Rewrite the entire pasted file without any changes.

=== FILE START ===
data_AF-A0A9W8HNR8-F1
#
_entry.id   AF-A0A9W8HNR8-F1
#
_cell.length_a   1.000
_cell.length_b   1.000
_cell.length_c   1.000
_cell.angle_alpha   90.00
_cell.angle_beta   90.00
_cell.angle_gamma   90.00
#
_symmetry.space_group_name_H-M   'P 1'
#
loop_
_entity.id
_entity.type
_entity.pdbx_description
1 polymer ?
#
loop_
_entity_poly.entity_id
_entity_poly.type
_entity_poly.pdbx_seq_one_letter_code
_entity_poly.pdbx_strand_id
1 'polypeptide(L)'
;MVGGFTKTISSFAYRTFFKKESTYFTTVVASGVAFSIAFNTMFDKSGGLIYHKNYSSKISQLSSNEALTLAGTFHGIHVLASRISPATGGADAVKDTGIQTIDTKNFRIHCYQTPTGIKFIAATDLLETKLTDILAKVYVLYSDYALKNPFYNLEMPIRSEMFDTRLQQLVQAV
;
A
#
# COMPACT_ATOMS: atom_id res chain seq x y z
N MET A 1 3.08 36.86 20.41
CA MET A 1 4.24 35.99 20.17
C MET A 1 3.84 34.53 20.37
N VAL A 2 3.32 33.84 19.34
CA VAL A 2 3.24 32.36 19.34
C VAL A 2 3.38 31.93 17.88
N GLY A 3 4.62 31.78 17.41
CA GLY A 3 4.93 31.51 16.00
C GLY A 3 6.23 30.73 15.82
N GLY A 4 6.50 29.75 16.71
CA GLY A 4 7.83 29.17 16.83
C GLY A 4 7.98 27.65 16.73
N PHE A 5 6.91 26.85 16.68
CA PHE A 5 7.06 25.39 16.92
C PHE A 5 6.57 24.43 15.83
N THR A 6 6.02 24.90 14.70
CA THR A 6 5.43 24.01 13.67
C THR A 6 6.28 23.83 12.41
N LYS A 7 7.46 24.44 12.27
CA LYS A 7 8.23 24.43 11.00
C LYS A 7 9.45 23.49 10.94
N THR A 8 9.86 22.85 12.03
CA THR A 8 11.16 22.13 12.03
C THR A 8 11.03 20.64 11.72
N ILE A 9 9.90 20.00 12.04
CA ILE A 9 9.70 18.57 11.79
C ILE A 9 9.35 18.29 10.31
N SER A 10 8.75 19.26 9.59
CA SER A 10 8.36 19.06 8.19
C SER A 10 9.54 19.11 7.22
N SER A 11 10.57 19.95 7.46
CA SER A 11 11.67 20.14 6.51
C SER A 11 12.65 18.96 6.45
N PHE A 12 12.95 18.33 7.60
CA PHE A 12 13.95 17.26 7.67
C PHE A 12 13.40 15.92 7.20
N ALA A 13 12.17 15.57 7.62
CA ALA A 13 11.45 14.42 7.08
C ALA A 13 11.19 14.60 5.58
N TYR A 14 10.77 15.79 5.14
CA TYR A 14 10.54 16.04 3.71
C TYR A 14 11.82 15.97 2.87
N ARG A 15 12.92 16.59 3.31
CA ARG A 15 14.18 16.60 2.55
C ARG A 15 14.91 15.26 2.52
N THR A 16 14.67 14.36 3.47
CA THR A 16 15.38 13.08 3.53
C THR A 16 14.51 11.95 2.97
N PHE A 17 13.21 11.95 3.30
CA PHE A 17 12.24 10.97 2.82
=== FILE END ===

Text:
data_AF-A0A9W8HNR8-F1
#
_entry.id   AF-A0A9W8HNR8-F1
#
_cell.length_a   1.000
_cell.length_b   1.000
_cell.length_c   1.000
_cell.angle_alpha   90.00
_cell.angle_beta   90.00
_cell.angle_gamma   90.00
#
_symmetry.space_group_name_H-M   'P 1'
#
loop_
_entity.id
_entity.type
_entity.pdbx_description
1 polymer ?
#
loop_
_entity_poly.entity_id
_entity_poly.type
_entity_poly.pdbx_seq_one_letter_code
_entity_poly.pdbx_strand_id
1 'polypeptide(L)'
;MVGGFTKTISSFAYRTFFKKESTYFTTVVASGVAFSIAFNTMFDKSGGLIYHKNYSSKISQLSSNEALTLAGTFHGIHVLASRISPATGGADAVKDTGIQTIDTKNFRIHCYQTPTGIKFIAATDLLETKLTDILAKVYVLYSDYALKNPFYNLEMPIRSEMFDTRLQQLVQAV
;
A
#
# COMPACT_ATOMS: atom_id res chain seq x y z
N MET A 1 3.08 36.86 20.41
CA MET A 1 4.24 35.99 20.17
C MET A 1 3.84 34.53 20.37
N VAL A 2 3.32 33.84 19.34
CA VAL A 2 3.24 32.36 19.34
C VAL A 2 3.38 31.93 17.88
N GLY A 3 4.62 31.78 17.41
CA GLY A 3 4.93 31.51 16.00
C GLY A 3 6.23 30.73 15.82
N GLY A 4 6.50 29.75 16.71
CA GLY A 4 7.83 29.17 16.83
C GLY A 4 7.98 27.65 16.73
N PHE A 5 6.91 26.85 16.68
CA PHE A 5 7.06 25.39 16.92
C PHE A 5 6.57 24.43 15.83
N THR A 6 6.02 24.90 14.70
CA THR A 6 5.43 24.01 13.67
C THR A 6 6.28 23.83 12.41
N LYS A 7 7.46 24.44 12.27
CA LYS A 7 8.23 24.43 11.00
C LYS A 7 9.45 23.49 10.94
N THR A 8 9.86 22.85 12.03
CA THR A 8 11.16 22.13 12.03
C THR A 8 11.03 20.64 11.72
N ILE A 9 9.90 20.00 12.04
CA ILE A 9 9.70 18.57 11.79
C ILE A 9 9.35 18.29 10.31
N SER A 10 8.75 19.26 9.59
CA SER A 10 8.36 19.06 8.19
C SER A 10 9.54 19.11 7.22
N SER A 11 10.57 19.95 7.46
CA SER A 11 11.67 20.14 6.51
C SER A 11 12.65 18.96 6.45
N PHE A 12 12.95 18.33 7.60
CA PHE A 12 13.95 17.26 7.67
C PHE A 12 13.40 15.92 7.20
N ALA A 13 12.17 15.57 7.62
CA ALA A 13 11.45 14.42 7.08
C ALA A 13 11.19 14.60 5.58
N TYR A 14 10.77 15.79 5.14
CA TYR A 14 10.54 16.04 3.71
C TYR A 14 11.82 15.97 2.87
N ARG A 15 12.92 16.59 3.31
CA ARG A 15 14.18 16.60 2.55
C ARG A 15 14.91 15.26 2.52
N THR A 16 14.67 14.36 3.47
CA THR A 16 15.38 13.08 3.53
C THR A 16 14.51 11.95 2.97
N PHE A 17 13.21 11.95 3.30
CA PHE A 17 12.24 10.97 2.82